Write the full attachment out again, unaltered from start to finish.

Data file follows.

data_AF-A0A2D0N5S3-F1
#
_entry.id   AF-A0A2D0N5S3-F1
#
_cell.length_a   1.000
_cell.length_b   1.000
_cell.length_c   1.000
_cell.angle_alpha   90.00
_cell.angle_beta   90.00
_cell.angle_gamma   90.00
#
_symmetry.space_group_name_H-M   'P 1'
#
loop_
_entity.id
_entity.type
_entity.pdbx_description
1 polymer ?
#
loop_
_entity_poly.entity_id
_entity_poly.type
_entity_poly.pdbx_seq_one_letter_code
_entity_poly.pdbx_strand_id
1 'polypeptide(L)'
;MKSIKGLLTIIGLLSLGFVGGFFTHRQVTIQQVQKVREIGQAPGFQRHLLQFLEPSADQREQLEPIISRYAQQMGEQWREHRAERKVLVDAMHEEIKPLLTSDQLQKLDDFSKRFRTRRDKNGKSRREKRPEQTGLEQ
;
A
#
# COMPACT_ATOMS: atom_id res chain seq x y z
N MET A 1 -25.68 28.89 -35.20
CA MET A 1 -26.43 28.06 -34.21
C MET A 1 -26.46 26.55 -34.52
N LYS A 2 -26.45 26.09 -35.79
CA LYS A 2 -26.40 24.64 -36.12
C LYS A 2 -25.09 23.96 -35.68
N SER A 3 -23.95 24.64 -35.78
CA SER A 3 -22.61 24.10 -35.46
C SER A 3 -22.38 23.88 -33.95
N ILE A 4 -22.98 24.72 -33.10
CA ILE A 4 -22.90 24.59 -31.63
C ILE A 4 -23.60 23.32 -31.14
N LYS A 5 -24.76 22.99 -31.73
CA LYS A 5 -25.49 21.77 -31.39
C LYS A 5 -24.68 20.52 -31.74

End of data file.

data_AF-A0A2D0N5S3-F1
#
_entry.id   AF-A0A2D0N5S3-F1
#
_cell.length_a   1.000
_cell.length_b   1.000
_cell.length_c   1.000
_cell.angle_alpha   90.00
_cell.angle_beta   90.00
_cell.angle_gamma   90.00
#
_symmetry.space_group_name_H-M   'P 1'
#
loop_
_entity.id
_entity.type
_entity.pdbx_description
1 polymer ?
#
loop_
_entity_poly.entity_id
_entity_poly.type
_entity_poly.pdbx_seq_one_letter_code
_entity_poly.pdbx_strand_id
1 'polypeptide(L)'
;MKSIKGLLTIIGLLSLGFVGGFFTHRQVTIQQVQKVREIGQAPGFQRHLLQFLEPSADQREQLEPIISRYAQQMGEQWREHRAERKVLVDAMHEEIKPLLTSDQLQKLDDFSKRFRTRRDKNGKSRREKRPEQTGLEQ
;
A
#
# COMPACT_ATOMS: atom_id res chain seq x y z
N MET A 1 -25.68 28.89 -35.20
CA MET A 1 -26.43 28.06 -34.21
C MET A 1 -26.46 26.55 -34.52
N LYS A 2 -26.45 26.09 -35.79
CA LYS A 2 -26.40 24.64 -36.12
C LYS A 2 -25.09 23.96 -35.68
N SER A 3 -23.95 24.64 -35.78
CA SER A 3 -22.61 24.10 -35.46
C SER A 3 -22.38 23.88 -33.95
N ILE A 4 -22.98 24.72 -33.10
CA ILE A 4 -22.90 24.59 -31.63
C ILE A 4 -23.60 23.32 -31.14
N LYS A 5 -24.76 22.99 -31.73
CA LYS A 5 -25.49 21.77 -31.39
C LYS A 5 -24.68 20.52 -31.74